The ruins of the Temple of Santiago are not an easy destination to visit, or even have a look at. The walls of the once sacred building are usually hiding under water, but now drought lowered the river the temple has been hiding in, revealing a rather awesome sight.

The mid-16th century Mexican church (also known as the Temple of Quechula) has been submerged in the Grijalva River since 1966, when the dam of the Nezahualcoyotl reservoir was completed, and the 61-meter (183 feet) long, 14-meter (42 feet) wide, and 10-meter (30 feet) high building is only visible at low water levels. But because of the lack of rain, the water level in the reservoir has dropped by 25 meters (82 feet) this year, making the colonial church visible again.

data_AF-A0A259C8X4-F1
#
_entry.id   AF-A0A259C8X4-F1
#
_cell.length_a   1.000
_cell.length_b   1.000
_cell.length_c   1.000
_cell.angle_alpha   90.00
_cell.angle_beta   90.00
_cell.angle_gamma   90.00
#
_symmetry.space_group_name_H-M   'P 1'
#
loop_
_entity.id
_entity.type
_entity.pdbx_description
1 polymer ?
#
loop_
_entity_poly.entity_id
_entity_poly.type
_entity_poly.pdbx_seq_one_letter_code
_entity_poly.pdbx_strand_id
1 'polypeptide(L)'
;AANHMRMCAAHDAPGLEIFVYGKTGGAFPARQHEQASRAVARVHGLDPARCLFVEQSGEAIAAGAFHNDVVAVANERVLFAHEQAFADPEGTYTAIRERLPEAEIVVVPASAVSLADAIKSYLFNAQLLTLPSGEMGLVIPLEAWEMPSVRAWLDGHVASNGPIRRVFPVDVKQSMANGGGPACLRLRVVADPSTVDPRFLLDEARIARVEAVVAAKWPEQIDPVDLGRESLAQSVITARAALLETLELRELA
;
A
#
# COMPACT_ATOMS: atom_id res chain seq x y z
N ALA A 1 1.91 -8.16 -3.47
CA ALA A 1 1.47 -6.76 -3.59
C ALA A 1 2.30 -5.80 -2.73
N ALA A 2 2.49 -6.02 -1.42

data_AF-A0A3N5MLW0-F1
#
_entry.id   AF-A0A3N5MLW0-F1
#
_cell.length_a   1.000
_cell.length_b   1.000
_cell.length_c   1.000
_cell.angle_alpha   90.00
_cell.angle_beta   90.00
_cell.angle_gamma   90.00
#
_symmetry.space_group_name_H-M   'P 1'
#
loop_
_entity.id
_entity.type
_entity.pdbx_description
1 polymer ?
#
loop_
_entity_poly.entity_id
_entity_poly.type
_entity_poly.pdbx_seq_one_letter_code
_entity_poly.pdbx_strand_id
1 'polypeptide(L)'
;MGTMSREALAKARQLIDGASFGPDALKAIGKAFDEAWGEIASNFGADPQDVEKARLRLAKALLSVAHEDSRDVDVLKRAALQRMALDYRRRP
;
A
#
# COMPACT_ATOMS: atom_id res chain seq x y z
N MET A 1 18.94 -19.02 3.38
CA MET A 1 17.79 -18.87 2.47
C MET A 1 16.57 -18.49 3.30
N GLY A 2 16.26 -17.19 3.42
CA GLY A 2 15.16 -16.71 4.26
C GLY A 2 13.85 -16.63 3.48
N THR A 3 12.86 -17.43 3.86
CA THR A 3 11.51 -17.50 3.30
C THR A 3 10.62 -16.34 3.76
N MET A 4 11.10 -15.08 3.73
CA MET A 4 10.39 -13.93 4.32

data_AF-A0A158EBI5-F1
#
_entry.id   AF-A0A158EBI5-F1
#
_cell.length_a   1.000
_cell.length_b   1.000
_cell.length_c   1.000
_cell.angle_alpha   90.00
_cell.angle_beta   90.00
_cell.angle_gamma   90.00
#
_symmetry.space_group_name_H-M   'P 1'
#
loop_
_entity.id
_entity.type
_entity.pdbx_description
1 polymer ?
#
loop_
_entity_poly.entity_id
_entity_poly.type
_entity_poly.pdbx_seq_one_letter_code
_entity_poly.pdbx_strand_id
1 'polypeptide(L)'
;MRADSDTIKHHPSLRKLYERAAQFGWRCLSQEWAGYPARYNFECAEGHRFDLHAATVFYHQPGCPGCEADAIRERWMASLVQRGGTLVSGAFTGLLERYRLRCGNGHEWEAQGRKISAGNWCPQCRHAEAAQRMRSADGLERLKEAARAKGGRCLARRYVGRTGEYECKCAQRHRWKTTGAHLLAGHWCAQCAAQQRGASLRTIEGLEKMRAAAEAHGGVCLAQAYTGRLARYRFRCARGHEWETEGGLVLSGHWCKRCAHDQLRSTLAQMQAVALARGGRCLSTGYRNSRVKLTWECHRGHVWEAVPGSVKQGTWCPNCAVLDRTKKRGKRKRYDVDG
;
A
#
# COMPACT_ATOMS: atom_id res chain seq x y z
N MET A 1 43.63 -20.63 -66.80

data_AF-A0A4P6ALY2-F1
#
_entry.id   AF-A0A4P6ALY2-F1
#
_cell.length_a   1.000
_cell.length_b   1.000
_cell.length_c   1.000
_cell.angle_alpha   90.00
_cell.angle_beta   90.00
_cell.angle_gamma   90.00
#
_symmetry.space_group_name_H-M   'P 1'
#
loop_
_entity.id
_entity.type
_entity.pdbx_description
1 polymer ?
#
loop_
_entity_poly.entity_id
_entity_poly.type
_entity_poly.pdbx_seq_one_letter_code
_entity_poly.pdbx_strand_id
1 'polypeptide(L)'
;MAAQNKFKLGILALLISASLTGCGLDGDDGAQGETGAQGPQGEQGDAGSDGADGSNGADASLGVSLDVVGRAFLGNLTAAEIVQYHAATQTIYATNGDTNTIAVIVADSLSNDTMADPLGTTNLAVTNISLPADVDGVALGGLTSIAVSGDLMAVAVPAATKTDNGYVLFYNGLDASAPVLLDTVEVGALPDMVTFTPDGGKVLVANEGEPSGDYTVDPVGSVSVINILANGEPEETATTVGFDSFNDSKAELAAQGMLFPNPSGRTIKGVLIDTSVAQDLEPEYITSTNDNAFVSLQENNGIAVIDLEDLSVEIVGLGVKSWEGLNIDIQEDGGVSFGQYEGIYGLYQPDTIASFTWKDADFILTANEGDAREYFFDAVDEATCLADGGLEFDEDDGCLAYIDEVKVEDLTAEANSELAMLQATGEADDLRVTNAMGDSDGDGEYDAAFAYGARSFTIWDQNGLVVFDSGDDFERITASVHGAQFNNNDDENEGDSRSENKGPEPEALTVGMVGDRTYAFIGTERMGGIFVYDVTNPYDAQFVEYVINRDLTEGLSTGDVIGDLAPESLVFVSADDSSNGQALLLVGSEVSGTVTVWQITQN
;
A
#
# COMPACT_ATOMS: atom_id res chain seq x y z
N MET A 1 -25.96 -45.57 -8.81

According to an Associated Press report, this is the second time a drop in the reservoir has revealed the church since it was flooded. In 2002, the water was so low visitors could walk inside the church.

  1480887728585583792 1480887728191586736 1480887728259475120 1480887728337637296 1480887728506975664 1480887728519415984 1480887728555047856

Leave a Reply

Fill in your details below or click an icon to log in:

WordPress.com Logo

You are commenting using your WordPress.com account. Log Out /  Change )

Google+ photo

You are commenting using your Google+ account. Log Out /  Change )

Twitter picture

You are commenting using your Twitter account. Log Out /  Change )

Facebook photo

You are commenting using your Facebook account. Log Out /  Change )


Connecting to %s